“Are we parody?" asks Beatallica leader Jaymz Lennfield? "People have no idea what to call us. Is it tribute? Is it satire? We get all sorts of responses to what we do. Trying to wrap your melon around this band can be a pretty strange thing for a lot of people."
Count the folks at Sony/ATV Publishing, who own the rights to many of The Beatles' songs, among those asking such questions. Some years ago, the publishing giant sent a cease-and-desist notice to the Milwaukee-based humourists (which also includes members Grg III, Kliff McBurtney and Ringo Lars) after their popular Beatles/Metallica mash-ups first started appearing on the Internet.
The members of Metallica, however, got the joke, and once Lars Ulrich offered the services of their band's attorney to settle any disputes, it was agreed that Beatallica could continue with their merry ways. There was a cavaet, though: On the band's new album, Abbey Load, Beatallica serve up "Metallica-ized" versions of Beatles tunes with the original lyrics intact (on earlier releases, Lennfield and co. wrote their own lyrics, referencing both bands in highly comedic ways).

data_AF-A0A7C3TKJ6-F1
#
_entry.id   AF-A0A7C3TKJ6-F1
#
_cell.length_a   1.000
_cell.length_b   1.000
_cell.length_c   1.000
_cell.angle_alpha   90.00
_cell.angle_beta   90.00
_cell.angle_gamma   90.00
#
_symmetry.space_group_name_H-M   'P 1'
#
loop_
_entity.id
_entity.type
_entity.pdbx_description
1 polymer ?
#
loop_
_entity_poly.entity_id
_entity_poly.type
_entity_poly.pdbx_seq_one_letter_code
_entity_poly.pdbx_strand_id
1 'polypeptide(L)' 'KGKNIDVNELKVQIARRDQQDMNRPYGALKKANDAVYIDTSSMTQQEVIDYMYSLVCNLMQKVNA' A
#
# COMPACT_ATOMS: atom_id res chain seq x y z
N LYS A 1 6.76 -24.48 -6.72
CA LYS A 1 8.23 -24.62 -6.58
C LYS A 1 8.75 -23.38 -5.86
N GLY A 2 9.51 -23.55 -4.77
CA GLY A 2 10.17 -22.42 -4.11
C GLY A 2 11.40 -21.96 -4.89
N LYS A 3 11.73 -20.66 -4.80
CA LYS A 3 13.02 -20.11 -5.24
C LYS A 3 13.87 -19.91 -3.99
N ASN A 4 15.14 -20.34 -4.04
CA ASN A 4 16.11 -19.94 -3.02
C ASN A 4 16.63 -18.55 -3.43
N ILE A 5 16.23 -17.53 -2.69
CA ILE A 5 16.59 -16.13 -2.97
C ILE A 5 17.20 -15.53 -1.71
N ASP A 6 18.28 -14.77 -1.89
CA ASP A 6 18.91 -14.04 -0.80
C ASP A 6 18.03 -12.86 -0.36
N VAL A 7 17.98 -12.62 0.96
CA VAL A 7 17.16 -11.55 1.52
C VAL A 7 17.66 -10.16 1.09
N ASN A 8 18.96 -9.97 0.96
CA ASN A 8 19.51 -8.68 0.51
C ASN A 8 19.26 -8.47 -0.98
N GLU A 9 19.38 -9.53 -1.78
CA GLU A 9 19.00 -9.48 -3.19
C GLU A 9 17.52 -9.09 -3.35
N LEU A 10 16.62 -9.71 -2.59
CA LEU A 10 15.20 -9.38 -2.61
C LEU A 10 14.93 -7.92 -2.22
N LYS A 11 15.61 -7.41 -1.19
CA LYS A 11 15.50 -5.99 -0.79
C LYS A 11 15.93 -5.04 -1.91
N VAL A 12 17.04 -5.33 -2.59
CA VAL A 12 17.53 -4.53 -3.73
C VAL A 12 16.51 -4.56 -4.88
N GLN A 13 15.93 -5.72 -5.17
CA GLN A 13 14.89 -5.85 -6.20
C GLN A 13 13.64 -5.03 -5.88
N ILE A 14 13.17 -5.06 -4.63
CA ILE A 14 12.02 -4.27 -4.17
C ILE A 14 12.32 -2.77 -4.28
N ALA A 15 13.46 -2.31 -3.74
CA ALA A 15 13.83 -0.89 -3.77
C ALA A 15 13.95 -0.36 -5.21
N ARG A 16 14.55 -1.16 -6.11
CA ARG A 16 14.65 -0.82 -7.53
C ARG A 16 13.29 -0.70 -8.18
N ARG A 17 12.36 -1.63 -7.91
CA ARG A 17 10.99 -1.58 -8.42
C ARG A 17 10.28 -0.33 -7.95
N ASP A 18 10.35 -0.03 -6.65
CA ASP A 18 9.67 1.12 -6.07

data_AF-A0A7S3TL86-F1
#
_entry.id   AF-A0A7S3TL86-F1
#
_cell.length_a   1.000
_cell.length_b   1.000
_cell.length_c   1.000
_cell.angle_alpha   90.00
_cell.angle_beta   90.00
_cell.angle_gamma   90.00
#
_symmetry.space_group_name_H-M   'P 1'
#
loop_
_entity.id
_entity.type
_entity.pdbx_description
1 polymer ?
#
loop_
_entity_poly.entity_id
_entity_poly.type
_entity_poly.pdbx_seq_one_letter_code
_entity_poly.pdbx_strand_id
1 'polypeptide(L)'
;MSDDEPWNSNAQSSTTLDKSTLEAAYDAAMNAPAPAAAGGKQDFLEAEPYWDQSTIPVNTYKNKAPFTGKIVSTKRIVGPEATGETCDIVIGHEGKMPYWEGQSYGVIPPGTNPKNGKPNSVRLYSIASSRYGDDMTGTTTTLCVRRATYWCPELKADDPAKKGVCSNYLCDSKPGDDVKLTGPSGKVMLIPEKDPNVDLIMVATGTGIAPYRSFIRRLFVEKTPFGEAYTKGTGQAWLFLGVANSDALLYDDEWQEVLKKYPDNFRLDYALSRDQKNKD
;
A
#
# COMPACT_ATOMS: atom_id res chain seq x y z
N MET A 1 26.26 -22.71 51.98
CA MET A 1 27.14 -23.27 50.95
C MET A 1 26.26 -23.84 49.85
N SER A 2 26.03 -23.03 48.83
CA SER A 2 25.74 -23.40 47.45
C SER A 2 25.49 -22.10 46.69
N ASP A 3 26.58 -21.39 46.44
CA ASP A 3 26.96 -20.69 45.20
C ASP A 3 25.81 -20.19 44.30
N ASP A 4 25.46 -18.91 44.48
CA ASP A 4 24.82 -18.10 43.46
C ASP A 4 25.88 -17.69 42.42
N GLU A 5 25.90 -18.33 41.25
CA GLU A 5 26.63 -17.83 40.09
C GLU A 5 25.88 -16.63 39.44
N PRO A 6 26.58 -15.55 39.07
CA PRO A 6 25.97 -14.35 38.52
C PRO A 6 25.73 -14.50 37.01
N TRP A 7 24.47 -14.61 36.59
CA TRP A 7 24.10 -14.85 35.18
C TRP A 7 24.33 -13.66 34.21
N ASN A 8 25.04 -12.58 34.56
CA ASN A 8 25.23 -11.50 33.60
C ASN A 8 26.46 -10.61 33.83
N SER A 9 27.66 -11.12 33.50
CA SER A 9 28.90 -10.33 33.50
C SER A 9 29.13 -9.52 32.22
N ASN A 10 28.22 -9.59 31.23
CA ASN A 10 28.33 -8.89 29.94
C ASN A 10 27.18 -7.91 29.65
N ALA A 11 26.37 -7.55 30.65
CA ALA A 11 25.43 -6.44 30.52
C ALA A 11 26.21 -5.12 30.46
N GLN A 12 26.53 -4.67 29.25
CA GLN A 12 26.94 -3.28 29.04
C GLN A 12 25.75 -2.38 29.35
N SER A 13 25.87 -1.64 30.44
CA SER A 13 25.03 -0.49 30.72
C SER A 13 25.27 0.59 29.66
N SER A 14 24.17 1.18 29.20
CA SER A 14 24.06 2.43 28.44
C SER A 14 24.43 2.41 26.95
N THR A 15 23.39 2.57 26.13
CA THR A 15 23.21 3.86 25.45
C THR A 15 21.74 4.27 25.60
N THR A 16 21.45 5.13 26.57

"If we had our way, we would have done Abbey Load with some of our own lyrics and some different musical passages," Lennfield says of the compromise. "But because we’re a team, and we have publishers that we need to have a decent relationship with, we did it this way."
For anyone who might be wondering about such things, the 14 cuts on Abbey Load are a superlative answer to musical question, "What would it sound like if Metallica covered The Beatles?" According to Lennfield, the balance between hilarious impersonation and heartfelt tribute is a tricky one.
“Playing these songs in a certain way requires finesse," he says, "and that’s why we have the people in the band that we do. To function in Beatallica, you have to have a real knowledge of both The Beatles and Metallica. I wouldn’t be in the band if I couldn’t do a certain impersonation. You can learn it to some degree, but it has to be in you."
So far, Beatallica haven't heard from surviving Beatles Paul McCartney or Ringo Starr, but Lennfield is hopeful: "I just saw that Paul McCartney is playing the Miller Park Stadium in July," he says, "so of course, the first thing that went through my mind was, ‘Hey, maybe he’s available for lunch...’ I'd be up for it!"
On the following pages, Lennfield talks about how Beatallica put a fresh, Metallica-like spin on five Beatles classics from Abbey Load.